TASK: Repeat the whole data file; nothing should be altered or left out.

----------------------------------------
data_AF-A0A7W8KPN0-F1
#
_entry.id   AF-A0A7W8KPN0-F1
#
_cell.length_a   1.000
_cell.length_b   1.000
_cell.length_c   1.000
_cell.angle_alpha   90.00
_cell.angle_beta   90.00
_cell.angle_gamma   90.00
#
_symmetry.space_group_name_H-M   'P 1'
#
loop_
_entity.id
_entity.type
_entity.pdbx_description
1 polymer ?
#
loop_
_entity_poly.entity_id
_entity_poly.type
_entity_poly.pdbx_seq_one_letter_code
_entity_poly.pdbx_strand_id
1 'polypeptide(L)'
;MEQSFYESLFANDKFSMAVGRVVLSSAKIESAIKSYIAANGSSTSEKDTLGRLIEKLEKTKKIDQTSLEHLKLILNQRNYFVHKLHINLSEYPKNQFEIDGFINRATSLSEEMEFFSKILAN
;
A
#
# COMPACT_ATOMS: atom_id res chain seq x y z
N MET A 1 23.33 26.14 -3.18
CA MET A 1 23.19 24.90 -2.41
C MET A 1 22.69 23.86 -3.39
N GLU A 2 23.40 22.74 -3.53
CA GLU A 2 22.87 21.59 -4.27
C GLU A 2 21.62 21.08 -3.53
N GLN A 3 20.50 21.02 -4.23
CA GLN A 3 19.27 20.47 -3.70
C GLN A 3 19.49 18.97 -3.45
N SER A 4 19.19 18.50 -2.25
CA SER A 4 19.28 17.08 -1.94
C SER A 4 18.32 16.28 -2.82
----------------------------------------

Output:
data_AF-A0A7W8KPN0-F1
#
_entry.id   AF-A0A7W8KPN0-F1
#
_cell.length_a   1.000
_cell.length_b   1.000
_cell.length_c   1.000
_cell.angle_alpha   90.00
_cell.angle_beta   90.00
_cell.angle_gamma   90.00
#
_symmetry.space_group_name_H-M   'P 1'
#
loop_
_entity.id
_entity.type
_entity.pdbx_description
1 polymer ?
#
loop_
_entity_poly.entity_id
_entity_poly.type
_entity_poly.pdbx_seq_one_letter_code
_entity_poly.pdbx_strand_id
1 'polypeptide(L)'
;MEQSFYESLFANDKFSMAVGRVVLSSAKIESAIKSYIAANGSSTSEKDTLGRLIEKLEKTKKIDQTSLEHLKLILNQRNYFVHKLHINLSEYPKNQFEIDGFINRATSLSEEMEFFSKILAN
;
A
#
# COMPACT_ATOMS: atom_id res chain seq x y z
N MET A 1 23.33 26.14 -3.18
CA MET A 1 23.19 24.90 -2.41
C MET A 1 22.69 23.86 -3.39
N GLU A 2 23.40 22.74 -3.53
CA GLU A 2 22.87 21.59 -4.27
C GLU A 2 21.62 21.08 -3.53
N GLN A 3 20.50 21.02 -4.23
CA GLN A 3 19.27 20.47 -3.70
C GLN A 3 19.49 18.97 -3.45
N SER A 4 19.19 18.50 -2.25
CA SER A 4 19.28 17.08 -1.94
C SER A 4 18.32 16.28 -2.82